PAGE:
Instead of studying leadership, why not spend some time studying leaders and strategies in the wild? You can learn a lot from leadership experts, but you always see the leader and what he or she does through the expert’s personal lens. Supplement that learning with studying real leaders in real life situations and draw your own conclusions. The posts in this series will help you.
Every week I’ll point you to articles by and about real leaders in real situations and to articles about how real companies are faring in the marketplace. Read them. Think about them. Draw your own lessons and conclusions from them. Then try to apply those lessons in your own real life.
This week I’m pointing you to articles about Helena Rubinstein, IBM, IKEA, Miguel Patricio, and Satya Nadella.
From HBS Working Knowledge: How Helena Rubinstein Used Tall Tales to Turn Cosmetics into a Luxury Brand
“Helena Rubinstein used guile, brilliant branding, and more than a few falsehoods to lift cosmetics from an accessory for prostitutes to a desired luxury item. Geoffrey Jones reveals her history.”
“Today, the computer industry is at a similar impasse. As Moore’s Law comes to an end, there is an urgent need to introduce new computing architectures, one of the most promising being quantum computing. However, this time, rather than working in secret, it has embarked on a highly collaborative journey to advance the technology and bring it to market.”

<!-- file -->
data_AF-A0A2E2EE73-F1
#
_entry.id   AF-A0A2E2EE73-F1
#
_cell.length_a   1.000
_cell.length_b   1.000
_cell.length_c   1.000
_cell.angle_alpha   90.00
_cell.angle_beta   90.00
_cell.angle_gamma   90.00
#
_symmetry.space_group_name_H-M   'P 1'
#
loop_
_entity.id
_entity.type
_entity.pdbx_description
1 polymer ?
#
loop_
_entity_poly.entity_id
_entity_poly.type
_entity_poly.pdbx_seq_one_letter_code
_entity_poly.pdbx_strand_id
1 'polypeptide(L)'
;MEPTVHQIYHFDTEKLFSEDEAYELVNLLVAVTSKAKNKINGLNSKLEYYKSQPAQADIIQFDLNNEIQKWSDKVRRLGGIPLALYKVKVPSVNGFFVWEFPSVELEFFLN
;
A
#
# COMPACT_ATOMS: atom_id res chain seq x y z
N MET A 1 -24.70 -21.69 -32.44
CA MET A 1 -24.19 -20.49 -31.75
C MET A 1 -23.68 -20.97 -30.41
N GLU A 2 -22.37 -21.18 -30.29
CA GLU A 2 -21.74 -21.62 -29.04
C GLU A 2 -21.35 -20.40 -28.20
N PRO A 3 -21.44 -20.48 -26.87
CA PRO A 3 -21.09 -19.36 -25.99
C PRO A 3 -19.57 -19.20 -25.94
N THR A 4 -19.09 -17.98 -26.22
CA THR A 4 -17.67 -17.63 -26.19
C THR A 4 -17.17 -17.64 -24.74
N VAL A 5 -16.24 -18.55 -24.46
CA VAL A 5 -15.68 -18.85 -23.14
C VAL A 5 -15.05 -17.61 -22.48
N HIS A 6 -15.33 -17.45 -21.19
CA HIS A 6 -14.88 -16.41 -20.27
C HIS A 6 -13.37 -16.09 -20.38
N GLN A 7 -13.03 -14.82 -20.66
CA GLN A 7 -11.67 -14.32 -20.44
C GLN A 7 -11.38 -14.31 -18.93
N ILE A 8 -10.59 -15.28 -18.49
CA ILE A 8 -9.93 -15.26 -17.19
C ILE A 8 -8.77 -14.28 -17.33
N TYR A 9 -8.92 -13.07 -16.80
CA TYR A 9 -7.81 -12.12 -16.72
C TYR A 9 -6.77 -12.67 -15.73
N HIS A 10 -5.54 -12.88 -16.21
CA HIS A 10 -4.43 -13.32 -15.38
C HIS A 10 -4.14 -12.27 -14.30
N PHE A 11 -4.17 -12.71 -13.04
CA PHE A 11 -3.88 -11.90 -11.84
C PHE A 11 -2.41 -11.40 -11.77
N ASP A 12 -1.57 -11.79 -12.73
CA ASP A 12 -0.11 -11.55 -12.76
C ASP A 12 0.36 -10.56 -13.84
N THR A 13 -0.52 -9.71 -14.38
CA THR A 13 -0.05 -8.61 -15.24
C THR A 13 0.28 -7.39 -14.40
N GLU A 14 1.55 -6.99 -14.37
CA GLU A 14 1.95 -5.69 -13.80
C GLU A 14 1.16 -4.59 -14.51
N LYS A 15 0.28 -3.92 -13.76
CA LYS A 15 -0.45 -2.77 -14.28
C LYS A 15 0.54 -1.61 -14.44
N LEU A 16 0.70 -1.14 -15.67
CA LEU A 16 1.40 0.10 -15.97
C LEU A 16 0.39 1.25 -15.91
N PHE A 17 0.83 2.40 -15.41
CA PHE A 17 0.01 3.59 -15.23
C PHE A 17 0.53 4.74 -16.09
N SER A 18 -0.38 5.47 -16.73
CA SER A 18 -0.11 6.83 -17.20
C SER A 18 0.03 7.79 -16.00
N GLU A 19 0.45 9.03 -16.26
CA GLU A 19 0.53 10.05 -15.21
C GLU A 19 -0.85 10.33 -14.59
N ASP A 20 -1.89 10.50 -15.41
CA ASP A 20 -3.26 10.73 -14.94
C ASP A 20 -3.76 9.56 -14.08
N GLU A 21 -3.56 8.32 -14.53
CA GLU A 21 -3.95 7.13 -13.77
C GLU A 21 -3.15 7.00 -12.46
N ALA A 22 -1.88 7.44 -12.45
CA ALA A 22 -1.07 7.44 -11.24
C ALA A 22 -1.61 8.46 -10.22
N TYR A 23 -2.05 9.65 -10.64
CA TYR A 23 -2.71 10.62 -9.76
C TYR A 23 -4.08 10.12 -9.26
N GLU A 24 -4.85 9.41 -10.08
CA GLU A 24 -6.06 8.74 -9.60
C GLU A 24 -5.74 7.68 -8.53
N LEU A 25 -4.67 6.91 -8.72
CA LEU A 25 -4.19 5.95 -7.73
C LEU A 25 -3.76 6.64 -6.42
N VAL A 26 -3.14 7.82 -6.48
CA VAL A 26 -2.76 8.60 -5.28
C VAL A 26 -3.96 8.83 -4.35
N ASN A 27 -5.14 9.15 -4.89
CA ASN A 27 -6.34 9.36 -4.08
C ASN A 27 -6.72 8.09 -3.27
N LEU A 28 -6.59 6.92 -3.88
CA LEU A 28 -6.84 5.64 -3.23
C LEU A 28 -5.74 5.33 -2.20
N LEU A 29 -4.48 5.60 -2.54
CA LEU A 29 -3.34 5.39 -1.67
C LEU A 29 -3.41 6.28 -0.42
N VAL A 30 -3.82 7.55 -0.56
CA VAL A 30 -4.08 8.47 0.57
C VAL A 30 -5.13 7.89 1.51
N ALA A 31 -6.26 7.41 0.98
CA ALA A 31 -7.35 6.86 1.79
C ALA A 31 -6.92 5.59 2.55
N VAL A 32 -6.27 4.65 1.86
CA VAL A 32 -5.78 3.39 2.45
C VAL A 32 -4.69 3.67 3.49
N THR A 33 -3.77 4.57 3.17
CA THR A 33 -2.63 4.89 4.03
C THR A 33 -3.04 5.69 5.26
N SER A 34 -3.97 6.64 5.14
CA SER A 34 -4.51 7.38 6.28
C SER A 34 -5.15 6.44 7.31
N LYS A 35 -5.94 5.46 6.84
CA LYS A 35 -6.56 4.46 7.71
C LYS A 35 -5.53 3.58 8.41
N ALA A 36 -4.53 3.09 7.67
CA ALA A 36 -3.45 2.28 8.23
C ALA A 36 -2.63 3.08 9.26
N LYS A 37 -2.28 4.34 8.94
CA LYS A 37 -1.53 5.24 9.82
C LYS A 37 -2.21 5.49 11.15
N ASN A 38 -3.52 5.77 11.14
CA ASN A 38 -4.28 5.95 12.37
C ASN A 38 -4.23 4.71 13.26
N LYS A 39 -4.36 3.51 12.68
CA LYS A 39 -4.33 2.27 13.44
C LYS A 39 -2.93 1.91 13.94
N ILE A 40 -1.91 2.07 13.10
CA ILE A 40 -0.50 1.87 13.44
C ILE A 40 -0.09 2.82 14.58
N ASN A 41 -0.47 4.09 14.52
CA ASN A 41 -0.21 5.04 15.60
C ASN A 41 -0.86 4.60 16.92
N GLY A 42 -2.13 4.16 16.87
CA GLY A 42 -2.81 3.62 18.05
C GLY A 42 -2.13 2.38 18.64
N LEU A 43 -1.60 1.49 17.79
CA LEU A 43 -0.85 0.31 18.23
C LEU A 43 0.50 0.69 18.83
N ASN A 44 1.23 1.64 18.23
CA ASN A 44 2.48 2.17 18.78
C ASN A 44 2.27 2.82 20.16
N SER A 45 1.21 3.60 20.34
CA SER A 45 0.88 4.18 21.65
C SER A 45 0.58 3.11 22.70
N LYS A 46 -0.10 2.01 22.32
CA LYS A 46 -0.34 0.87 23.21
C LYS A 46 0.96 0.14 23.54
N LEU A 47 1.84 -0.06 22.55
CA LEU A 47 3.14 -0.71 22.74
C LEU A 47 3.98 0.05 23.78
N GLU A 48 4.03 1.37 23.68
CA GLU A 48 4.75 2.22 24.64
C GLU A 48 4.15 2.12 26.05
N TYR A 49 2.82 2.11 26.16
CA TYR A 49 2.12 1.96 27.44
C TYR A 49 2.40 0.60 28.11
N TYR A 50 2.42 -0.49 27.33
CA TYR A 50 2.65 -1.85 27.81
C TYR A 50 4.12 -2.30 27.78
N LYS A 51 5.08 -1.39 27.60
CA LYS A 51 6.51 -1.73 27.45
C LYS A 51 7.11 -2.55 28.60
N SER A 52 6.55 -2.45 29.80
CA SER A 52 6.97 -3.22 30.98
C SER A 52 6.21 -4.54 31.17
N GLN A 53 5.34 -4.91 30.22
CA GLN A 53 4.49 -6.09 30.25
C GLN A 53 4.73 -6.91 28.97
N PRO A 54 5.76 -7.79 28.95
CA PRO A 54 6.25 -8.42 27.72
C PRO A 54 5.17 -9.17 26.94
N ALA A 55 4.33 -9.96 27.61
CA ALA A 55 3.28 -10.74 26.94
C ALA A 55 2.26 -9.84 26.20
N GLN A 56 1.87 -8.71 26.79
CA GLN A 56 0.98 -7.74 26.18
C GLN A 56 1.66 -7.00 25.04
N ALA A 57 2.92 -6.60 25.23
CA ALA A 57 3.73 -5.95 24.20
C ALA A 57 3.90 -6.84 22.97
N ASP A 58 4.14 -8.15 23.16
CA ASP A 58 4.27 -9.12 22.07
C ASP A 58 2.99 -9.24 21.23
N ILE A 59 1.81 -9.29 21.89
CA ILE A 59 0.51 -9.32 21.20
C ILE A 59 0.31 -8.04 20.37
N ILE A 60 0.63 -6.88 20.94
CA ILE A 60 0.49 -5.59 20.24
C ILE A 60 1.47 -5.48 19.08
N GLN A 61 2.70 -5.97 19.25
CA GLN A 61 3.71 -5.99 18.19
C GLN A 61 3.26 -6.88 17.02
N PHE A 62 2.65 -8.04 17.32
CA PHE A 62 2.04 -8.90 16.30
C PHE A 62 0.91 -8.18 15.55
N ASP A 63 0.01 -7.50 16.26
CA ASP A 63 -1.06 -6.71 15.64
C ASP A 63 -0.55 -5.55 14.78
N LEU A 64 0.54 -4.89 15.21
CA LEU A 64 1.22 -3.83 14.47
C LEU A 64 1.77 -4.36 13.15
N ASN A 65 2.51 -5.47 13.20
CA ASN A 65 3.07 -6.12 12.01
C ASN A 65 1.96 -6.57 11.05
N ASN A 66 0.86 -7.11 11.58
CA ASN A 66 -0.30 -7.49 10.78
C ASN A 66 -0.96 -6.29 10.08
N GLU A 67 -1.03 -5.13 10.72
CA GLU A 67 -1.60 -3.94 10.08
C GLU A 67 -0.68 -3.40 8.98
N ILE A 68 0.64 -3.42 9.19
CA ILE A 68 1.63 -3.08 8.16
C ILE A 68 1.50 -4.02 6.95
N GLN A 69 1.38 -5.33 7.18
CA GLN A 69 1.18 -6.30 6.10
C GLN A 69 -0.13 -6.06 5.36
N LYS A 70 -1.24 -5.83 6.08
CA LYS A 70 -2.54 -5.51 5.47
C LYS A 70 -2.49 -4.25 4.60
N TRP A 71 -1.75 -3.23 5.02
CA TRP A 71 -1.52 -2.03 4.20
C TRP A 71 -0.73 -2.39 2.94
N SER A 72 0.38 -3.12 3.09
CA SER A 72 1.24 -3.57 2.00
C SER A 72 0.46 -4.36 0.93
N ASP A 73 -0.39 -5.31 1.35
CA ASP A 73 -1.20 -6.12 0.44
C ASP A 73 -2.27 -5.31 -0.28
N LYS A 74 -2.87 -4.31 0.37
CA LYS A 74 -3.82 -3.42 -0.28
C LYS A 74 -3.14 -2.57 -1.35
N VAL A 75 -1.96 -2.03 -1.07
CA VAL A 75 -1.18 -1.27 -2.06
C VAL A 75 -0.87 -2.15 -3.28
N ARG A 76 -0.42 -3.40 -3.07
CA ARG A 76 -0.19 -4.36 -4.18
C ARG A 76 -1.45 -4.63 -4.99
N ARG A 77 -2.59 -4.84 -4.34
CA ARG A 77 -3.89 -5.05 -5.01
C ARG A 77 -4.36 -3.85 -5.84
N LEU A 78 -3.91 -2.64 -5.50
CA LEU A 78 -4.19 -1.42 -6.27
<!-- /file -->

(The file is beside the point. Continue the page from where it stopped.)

From Scott Mautz: Amazon Forced IKEA to Change Everything Almost. IKEA’s Genius Plan Will Help Any Company Fight Back
“The world’s largest furniture retailer just shared their change in business model. It’s a model to learn from.”
“WHILE WORKING at Coca-Cola, Philip Morris and Johnson & Johnson in the 1990s, Miguel Patricio gained a reputation as a marketing wizard. Shareholders of Kraft Heinz, who appointed him as the food maker’s chief executive on April 22nd, are hoping his magic touch extends to corporate turnarounds. Born of a merger in 2015 between two American icons, Kraft Heinz has struggled to keep up with changes in consumer taste. In February it announced a $15bn impairment, cut its dividend by a third and said that American authorities had launched an inquiry into its procurement practices. Its share price has fallen by 45% in 12 months.”
“For the third year in a row, Microsoft’s CEO Satya Nadella was named Fortune’s Most Underrated CEO. And for the fifth year since he was named CEO, Microsoft has posted record year-end earnings. What’s wrong with this picture?”
For some ideas about how to get more from this series of posts, check out “Studying Leaders in the Wild.“